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4 Calendar Rules to Avoid Useless Meetings

As someone who has quite literally built a career out of efficiency, I have no patience for unproductive meetings. When meetings go off the rails, people show up unprepared, or something gets canceled at the last minute, I get frustrated. Time is valuable, and these situations are easily preventable.

Over the years, I’ve learned a few tricks to help prevent these situations from occurring in the first place. And more recently, I’ve encouraged my executive assistant to think in the same way, so she can take steps to ensure that each meeting I attend will be a good use of my time.

If you have an executive assistant, I’d highly recommend teaching them these four methods. If not, you can do them on your own or even set up some automations that will handle some of the work for you.

1. No agenda, no meeting

I have a simple rule with my team: no agenda, no meeting. These agendas should ideally be made in advance of the meeting, and shared with attendees so everyone can add their thoughts as needed. And while my team knows this, I meet with a lot of people who don’t.

The hack is to have my assistant look for agendas in all of my upcoming meetings. If she sees a meeting without one, she’ll reach out to whoever created it and ask them for a link to the agenda or offer to create one. She’ll also send these to me so I can add my thoughts in advance.

With this, I can walk into each meeting knowing that we’ll be efficient with our time.

2. Prework

Just like every meeting needs an agenda, many meetings need clear “prework” assigned in advance. I’m sure you can relate to waiting around as someone scrambles to find a document during a meeting or having to recap information from a report that could have been circulated in advance. When prework isn’t done, it wastes everyone’s time and costs the company money.

Prework can be as simple as reviewing a scorecard to update yourself on some metrics or as in-depth as creating a presentation. The important thing is that that everyone is clear on what they’re responsible for well in advance of the meeting. Ideally, the results of their prework should also be shared in advance so everyone has time to review it.

This is another thing my assistant now handles for me. If she doesn’t see any prework for a meeting, she’ll ask the group if there is anything that should be done in advance or even go ahead and assign prework based on what she knows is going to happen in the meeting. 

Oh, and to be clear, I’m not exempt from this–she’s not afraid to assign me my fair share of prework, and I’m thankful as it ensures I have my ducks in a row for important meetings.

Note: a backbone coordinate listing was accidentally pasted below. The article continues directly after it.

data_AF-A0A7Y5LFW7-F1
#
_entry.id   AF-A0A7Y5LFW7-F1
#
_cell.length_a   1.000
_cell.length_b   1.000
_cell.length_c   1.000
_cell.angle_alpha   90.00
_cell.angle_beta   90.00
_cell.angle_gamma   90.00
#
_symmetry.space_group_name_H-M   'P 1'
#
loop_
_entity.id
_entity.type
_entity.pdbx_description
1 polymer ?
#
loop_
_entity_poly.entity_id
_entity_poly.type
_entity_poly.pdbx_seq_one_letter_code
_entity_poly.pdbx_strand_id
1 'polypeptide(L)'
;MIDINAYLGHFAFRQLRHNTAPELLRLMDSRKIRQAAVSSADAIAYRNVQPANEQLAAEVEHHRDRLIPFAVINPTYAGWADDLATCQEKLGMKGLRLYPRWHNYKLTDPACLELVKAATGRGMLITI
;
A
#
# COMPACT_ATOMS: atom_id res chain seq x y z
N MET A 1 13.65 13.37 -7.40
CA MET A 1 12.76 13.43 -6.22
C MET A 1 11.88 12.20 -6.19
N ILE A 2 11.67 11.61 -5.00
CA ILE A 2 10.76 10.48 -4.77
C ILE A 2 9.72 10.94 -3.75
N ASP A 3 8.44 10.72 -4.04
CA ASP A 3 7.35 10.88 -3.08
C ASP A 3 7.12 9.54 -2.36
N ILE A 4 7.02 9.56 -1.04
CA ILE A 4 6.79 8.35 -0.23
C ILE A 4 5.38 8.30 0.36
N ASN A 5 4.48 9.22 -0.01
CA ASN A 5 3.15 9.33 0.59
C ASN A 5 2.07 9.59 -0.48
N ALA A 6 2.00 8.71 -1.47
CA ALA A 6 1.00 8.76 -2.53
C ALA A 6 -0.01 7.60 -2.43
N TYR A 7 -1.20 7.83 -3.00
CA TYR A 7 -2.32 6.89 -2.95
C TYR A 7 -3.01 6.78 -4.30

3. Confirm attendance

This one is almost laughably simple, but it’s absolutely worth doing. 

I don’t know about you, but I’m way too busy to keep track of everyone’s attendance for my upcoming meetings. But this can cause problems, like when I realize five minutes prior that half the group isn’t going to make it. 

This is a huge waste of my time. Not only are we no longer accomplishing what we set out to do, but I could have slotted a different meeting into that time slot if I had known ahead of time. Plus, we now have to go through the hassle of rescheduling.

So, just like agendas and prework, I also have my assistant keep an eye out for attendance in my upcoming meetings. If someone hasn’t confirmed whether they’ll be there or not, she reaches out. If a majority of attendees can’t make it, she’ll then work with them to reschedule. It’s simple, but incredibly useful.

4. Eliminate dead times

You know those annoying 15-minute time slots between meetings where you can’t get any meaningful work done so you end up sitting around waiting for the next call. I call them dead times. And I hate them.

My assistant now schedules meetings in batches to eliminate this. That way, instead of having four 15-minute time slots throughout the day I can have one hour of uninterrupted time to get in flow and get some real work done.

This often involves what I call “Calendar Tetris.” The goal is to move things around and limit gaps as much as possible, just like a game of Tetris. My assistant is constantly looking for opportunities where a meeting can be bumped up or moved to a different time slot in order to eliminate dead times.

Pro tip: there’s a tool called Clockwise that will automatically do this for team meetings.


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